August 11, 2005

I sort of half made that once, I was actually going for the chocolate cake on the next page but the page turned accidentally about halfway through me gathering of my ingredients. It was not a successful experiment

 

Rose
August 11, 2005

First time to this site, and apparently on a good day too. The Chocolate Oblivion Truffle Torte looks absolutely mouth watering. I can't wait to try it!

I love cooking, and I am always on the lookout for new recipes to try. And I love working with chocolate especially. I love the photos of the food, makes it look all that more delicious that you cant resist! Can't wait to see more recipes!

-Rose

 

Ariana
August 11, 2005

Heidi,

love your site, found through chocolate & zucchini! i have to ask, where on earth did you find those georgeous dishes? the cake looks quite delicious...

ariana

 

brian
August 12, 2005

i just made two of these cakes to bring into the office tomorrow for a little celebration. i work right near the scharffen berger factory so i bought a big box of chocolate there: http://www.blueandorange.org/blue/archives/2005/08/chocolate.html i used the 70% and followed your modifications.

one cake is in the fridge now and the other is on the rack cooling, and both look to have come out quite well. hand-whipping those eggs for 2 cakes back-to-back is no joke!

i had a couple pounds of fresh washington cherries around, so i'm cooking those down into a topping, too.

i cannot wait to taste this! lulu forwarded me the recipe and i couldn't stop looking at those photos. if i'm lucky maybe mine'll even rival tartine's flourless chocolate cake.

 

Latifa
August 12, 2005

A chocoholics favorite

 

brian
August 12, 2005

yup, they're amazingly good. for the cherry topping, i just cooked down 2lbs super-ripe cherries (they're almost black) with 1/2c sugar and then a little arrowroot (i know, it's cheating... but it was late and i was tired) and then just after taking it off the heat spiked it with a shot of grand marnier and 4 drops of good balsamic vinegar, and it pairs with the chocolate really, really well.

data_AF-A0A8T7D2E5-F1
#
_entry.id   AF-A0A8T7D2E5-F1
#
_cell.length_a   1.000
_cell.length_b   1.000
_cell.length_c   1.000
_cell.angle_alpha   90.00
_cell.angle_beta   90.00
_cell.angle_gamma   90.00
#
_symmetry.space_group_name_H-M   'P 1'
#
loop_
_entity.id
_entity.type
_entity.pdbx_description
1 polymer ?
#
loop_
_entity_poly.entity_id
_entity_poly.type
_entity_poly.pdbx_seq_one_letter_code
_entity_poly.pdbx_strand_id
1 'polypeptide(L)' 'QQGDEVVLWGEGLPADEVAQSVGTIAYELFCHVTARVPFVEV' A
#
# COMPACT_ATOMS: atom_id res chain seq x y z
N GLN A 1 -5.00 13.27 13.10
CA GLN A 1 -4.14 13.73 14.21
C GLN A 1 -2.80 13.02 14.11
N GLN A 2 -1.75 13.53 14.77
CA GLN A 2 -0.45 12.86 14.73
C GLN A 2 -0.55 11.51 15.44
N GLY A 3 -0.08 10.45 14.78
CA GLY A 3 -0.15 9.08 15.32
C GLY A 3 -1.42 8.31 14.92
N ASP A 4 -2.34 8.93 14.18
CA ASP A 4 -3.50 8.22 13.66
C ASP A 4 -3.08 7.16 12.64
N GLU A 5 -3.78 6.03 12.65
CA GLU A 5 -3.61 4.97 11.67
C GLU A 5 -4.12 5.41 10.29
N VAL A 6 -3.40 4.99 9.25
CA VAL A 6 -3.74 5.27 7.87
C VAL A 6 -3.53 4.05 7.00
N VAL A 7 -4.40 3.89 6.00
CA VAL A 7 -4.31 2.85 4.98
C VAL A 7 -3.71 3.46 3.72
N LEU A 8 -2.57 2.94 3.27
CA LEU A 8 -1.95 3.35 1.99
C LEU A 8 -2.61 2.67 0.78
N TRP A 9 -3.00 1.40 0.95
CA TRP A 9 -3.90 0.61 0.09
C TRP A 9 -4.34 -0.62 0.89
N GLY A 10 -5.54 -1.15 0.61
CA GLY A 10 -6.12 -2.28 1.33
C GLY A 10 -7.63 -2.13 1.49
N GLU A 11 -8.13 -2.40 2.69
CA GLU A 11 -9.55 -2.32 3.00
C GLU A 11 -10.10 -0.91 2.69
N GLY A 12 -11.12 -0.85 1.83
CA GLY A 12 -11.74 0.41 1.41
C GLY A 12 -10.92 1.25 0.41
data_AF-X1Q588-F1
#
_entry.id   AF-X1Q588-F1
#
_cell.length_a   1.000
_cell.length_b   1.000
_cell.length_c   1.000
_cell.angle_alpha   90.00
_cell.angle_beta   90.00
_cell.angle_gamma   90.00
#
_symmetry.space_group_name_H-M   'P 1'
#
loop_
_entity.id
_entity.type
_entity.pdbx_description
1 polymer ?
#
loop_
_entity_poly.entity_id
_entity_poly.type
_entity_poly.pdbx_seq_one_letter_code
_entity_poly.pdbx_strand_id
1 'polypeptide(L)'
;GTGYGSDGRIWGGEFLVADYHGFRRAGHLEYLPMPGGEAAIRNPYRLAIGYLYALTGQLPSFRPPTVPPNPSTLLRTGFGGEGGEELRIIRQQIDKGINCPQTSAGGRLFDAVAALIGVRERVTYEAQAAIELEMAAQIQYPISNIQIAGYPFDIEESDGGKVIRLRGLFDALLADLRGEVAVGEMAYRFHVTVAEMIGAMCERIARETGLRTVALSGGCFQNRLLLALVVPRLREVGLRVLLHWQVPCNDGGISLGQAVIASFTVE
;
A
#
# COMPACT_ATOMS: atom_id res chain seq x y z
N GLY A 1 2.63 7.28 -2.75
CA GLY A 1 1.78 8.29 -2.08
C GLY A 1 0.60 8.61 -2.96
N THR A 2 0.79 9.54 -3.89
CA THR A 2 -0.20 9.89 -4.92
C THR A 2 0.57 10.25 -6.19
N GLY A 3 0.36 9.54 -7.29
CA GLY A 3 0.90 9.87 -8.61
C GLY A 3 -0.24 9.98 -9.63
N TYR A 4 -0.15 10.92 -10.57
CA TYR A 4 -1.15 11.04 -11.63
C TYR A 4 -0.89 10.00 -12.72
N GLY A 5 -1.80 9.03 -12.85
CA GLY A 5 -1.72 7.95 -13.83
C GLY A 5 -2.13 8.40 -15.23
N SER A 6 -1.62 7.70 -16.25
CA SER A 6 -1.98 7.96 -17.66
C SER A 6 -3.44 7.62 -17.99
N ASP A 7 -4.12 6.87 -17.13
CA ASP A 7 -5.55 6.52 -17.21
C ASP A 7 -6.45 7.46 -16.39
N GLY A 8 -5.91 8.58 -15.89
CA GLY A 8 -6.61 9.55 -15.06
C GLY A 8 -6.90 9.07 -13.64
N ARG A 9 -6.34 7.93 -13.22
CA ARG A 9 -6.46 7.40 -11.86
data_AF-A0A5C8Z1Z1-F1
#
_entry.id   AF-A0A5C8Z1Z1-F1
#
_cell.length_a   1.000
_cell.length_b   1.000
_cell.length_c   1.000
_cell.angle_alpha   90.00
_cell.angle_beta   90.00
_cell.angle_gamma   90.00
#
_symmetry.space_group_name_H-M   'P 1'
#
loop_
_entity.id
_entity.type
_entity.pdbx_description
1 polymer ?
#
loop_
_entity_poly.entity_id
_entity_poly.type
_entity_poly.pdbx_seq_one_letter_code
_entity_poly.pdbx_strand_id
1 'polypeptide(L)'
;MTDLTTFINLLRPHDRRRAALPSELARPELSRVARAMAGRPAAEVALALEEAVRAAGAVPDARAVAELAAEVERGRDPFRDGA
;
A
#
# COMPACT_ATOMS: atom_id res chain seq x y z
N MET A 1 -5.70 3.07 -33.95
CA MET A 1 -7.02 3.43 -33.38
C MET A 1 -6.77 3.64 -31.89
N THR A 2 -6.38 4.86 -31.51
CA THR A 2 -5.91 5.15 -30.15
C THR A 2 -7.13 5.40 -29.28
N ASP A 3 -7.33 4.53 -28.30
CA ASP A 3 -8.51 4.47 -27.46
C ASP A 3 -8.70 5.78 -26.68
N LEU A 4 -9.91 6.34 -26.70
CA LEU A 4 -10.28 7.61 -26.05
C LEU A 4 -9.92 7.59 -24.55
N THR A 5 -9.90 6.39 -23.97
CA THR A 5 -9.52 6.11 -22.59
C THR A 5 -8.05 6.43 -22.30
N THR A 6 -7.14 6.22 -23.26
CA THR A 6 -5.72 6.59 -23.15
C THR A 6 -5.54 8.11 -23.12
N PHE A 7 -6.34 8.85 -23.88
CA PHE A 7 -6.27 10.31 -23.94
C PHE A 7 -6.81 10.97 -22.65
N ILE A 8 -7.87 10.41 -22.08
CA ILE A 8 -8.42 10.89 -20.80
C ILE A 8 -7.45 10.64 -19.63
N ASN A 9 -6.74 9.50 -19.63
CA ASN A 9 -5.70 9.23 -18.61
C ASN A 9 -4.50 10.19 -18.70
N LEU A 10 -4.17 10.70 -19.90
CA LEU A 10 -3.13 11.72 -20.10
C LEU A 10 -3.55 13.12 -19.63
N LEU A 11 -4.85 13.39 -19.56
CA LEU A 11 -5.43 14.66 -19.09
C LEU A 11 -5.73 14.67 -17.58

fanny
August 13, 2005

Hi Heidi, i've just received your cookbook and wanted to tell that i already love it. Tha pictures are amazing - as usual and the recipes are great.
Here is a link to my review : http://foodbeam.blogspot.com/2005/07/my-two-new-books.html

xoxo

Fanny

PS you're so lucky to have visited a chocolate factory; when i was 14 we had to find a work at school and i chose a chocolate maker. I loved making ganache and truffes and everything (actually i loved to taste...)

 

Latifa
August 13, 2005

A chocoholic treat!

 

fanny
August 13, 2005

Hi Heidi, this is me again; i was wondering if you could tell me how to create a newsletter box like the one you've got in the upper right corner.
Thanx
Fanny

 

gretchen
August 13, 2005

What kind of china are you using to plate the chocolate cake?

 

Heidi
August 13, 2005

The plates in this shot are from a vintage British picnic/driving set. It looks like a blue-checked hard-shell suitcase and inside it holds service for two (plates, cups, silver), a matching thermos, and little box for snacks and sandwiches. For that occasional drive in the country-side ;)

Fanny, I found a small snippet of code somewhere on the Moveable Type discussion boards, and popped that into my template. It automatically adds names to the MT backend -v. convenient.

You might want to ask on the Food Blog S'cool site too - people always have good responses to tech questions there as well. Glad you like the cookbook Fanny - thanks for the nice review :)
http://foodblogscool.blogspot.com/

NOTICE: I'm going to turn off the comments for a bit. I'm moving to a new site host, and need to freeze the site while the DNS switches over. Lots of new features on the new site are coming too, so watch for changes over the next couple of days. -h

 

Miss Sally
August 13, 2005

Wow - the site looks a lot better and with forums!

 

stef
August 14, 2005

a factory in New York or Pennsylvania? YESSSS!!!!!!

 

Carter
August 14, 2005

The tip about an oven with a pilot light leaves it ambiguous about what temperature to warm the eggs and butter--is it 200F? Or am I missing something?

 

Stephen
August 15, 2005

I'll third the raspberry coulis suggestion with a slight dollop of homemade whipped-cream; they're both fantastic additions.

This is one of my favorite recipes from _The Cake Bible_. I also suggest the bouche de noel.

 

Hande
August 17, 2005

I just made this very same cake last night, my source was the "river cafe cookbook", the recipe is called "the 15 minutes cake", with exactly the same instructions etc. Who was first?
Oh, and of course, it is delicious. Good to know it keeps for 2 weeks in the fridge...

 

Anne
August 28, 2005

I just tried this, and it came out SO good. Amazing, really! And it was so easy! I have no idea how it'll keep 2 weeks in the fridge though - I doubt it'll get to last two days in mine. :) Now I'm awfully curious about variations though. Any ideas on that? Oh - and I used a 9-inch springform. Seemed to work out just fine.